Congress has taken up the idea and is exploring how to put meat on the bones.  And rightly so.  As the Boston Globe points out, this should be an immediate priority when Congress returns to session in a couple of weeks.  It’s the right way to get the 17 percent of construction workers who are unemployed back on the payroll improving homes while also increasing our nation’s energy security and reducing our dependence on foreign oil.  While GreenHomes continues to be busier than ever, that simply isn’t the case for most of the residential contracting and construction industry.  Fortunately, Congress may have a good start on this in the form the REEP legislation introduced by Congressman Peter Welch earlier in 2009, elements of which were incorporated in both House and Senate energy and climate bills that seem to have stalled out. 

It’s time to move forward with REEP under the Home Star banner and get construction workers, manufacturing workers making insulation, furnaces, windows, water heaters, and all the supporting industries back on the job full time.

The HOME STAR Program

As just mentioned, HOME STAR is intended to create jobs in existing industries using incentives for homeowners to retrofit homes to improve energy efficiency and lower energy use.  The program will move quickly with a minimum of red tape and also act as a bridge to long term market development of existing industries and jobs.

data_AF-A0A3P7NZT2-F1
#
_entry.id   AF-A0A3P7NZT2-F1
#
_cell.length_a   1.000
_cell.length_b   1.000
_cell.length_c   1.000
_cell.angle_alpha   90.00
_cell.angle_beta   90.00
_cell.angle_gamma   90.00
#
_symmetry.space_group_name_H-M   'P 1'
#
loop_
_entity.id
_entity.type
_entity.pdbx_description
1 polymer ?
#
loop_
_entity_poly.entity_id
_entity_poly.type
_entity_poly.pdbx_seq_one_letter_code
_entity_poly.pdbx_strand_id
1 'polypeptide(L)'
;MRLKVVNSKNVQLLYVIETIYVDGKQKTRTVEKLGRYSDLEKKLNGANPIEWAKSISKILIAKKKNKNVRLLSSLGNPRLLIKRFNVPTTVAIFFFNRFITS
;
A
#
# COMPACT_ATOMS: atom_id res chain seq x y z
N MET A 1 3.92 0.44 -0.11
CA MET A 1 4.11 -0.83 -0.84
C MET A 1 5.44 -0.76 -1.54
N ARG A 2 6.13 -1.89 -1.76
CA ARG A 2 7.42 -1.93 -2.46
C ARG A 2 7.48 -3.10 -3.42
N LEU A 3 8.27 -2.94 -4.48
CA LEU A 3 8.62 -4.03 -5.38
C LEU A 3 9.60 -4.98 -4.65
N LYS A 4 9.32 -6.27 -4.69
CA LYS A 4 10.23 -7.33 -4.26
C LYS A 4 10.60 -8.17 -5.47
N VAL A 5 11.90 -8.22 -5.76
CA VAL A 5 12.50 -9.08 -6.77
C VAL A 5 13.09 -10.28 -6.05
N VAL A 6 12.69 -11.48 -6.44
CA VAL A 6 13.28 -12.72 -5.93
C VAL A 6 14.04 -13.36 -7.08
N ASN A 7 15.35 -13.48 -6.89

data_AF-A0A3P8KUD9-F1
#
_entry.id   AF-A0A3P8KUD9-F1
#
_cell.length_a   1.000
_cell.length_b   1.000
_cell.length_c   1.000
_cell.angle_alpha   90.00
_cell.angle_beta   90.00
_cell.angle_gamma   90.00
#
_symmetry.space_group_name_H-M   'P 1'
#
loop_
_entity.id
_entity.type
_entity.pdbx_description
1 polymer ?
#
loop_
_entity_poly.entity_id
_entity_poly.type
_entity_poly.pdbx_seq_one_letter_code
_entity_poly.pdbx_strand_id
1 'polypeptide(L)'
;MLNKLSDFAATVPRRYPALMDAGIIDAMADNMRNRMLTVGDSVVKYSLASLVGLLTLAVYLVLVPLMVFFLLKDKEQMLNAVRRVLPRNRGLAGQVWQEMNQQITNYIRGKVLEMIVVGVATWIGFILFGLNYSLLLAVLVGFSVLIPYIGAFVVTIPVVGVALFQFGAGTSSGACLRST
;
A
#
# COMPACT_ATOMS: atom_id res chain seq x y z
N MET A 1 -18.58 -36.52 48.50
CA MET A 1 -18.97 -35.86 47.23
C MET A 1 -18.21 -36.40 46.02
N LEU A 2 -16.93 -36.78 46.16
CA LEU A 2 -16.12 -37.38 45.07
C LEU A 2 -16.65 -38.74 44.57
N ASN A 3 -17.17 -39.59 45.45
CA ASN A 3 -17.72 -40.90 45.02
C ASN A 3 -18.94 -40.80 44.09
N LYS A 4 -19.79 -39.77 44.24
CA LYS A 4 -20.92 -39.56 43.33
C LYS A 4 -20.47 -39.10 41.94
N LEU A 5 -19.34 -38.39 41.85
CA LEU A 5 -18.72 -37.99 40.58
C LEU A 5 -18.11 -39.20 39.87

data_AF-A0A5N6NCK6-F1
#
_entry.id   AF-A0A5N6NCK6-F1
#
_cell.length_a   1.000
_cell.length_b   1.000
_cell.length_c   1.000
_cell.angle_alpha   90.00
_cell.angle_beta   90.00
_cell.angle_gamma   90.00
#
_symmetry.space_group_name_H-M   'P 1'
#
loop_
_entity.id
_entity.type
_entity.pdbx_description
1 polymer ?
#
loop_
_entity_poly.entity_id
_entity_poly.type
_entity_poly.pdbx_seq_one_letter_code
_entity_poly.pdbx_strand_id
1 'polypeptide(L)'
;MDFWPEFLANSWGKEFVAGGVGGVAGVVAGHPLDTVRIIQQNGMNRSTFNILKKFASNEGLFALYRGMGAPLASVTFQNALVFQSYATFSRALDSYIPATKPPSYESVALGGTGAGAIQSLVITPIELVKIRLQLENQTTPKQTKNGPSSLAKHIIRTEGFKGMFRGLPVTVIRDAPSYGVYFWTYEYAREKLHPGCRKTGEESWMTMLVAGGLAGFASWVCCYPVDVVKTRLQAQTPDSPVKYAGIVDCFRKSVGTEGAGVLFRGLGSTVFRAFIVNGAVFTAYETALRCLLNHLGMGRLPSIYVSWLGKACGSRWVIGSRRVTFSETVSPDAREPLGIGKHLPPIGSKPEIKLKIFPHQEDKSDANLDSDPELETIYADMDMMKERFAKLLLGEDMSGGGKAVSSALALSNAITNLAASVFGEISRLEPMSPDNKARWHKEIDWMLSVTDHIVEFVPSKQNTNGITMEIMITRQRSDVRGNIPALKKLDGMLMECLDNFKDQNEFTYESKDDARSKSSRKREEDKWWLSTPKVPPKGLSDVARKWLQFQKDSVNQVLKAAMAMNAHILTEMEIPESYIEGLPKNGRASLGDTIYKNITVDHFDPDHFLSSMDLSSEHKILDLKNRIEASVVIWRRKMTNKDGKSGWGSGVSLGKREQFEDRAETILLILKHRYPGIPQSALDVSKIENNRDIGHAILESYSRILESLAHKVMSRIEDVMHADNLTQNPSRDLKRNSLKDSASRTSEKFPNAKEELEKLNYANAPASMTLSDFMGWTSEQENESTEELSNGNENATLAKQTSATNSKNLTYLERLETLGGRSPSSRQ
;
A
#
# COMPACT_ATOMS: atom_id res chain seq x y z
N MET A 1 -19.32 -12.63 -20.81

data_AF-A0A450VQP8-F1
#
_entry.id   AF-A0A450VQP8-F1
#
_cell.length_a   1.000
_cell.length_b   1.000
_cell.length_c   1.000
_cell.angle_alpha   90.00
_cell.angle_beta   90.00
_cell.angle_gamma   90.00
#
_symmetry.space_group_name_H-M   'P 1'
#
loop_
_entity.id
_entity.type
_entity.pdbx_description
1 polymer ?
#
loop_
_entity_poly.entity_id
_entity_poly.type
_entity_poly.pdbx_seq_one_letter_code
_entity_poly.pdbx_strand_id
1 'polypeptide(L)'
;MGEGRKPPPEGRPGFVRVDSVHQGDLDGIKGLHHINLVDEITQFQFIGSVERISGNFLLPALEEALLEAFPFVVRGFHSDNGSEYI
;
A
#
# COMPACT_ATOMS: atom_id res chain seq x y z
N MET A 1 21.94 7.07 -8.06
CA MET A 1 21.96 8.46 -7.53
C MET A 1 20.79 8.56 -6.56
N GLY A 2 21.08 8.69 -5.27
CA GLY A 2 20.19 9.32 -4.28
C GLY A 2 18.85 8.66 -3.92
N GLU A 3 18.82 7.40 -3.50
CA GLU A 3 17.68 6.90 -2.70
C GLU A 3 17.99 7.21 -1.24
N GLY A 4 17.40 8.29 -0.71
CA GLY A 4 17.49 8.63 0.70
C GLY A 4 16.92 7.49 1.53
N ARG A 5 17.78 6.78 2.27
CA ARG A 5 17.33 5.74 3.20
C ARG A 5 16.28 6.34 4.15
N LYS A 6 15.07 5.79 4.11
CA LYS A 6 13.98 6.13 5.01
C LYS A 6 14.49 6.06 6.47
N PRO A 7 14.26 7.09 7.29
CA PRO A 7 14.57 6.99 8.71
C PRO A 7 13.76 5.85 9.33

HOME STAR provides two pathways to incentives and savings.

 A SILVER STAR prescriptive path, what I call the a la carte approach, rewards the purchase and proper installation of specific energy saving equipment (like furnaces and water heaters), high performance major appliances (like refrigerators and washing machines), and very importantly, changes to a buildings envelope (like insulation and duct sealing).   Incentives may range as high as $4,000.  SILVER STAR provides a near term incentive that is simple to administer and easily introduced into the existing marketplace.

A GOLD STAR performance path offers an incentive to households that choose to conduct a comprehensive energy audit and then implement a variety of energy saving measures that together result in a total reduction in home energy use (and energy bills) of 20% or more.   This lines up very well with the Home Performance with ENERGY STAR program already on the ground in many states and localities and in development in many more (and I think taking advantage of ENERGY STAR makes a lot of sense here).  The incentive is designed to provide greater rewards the deeper the energy savings—up to as much as $12,000 for projects that save more than 50% of a home’s energy use. The performance path represents the future of home efficiency:  state‐of‐the‐art building science is used to deliver verifiable energy savings, generating confidence among homeowners and investors.  GreenHomes is doing this today, but most of the market is lagging.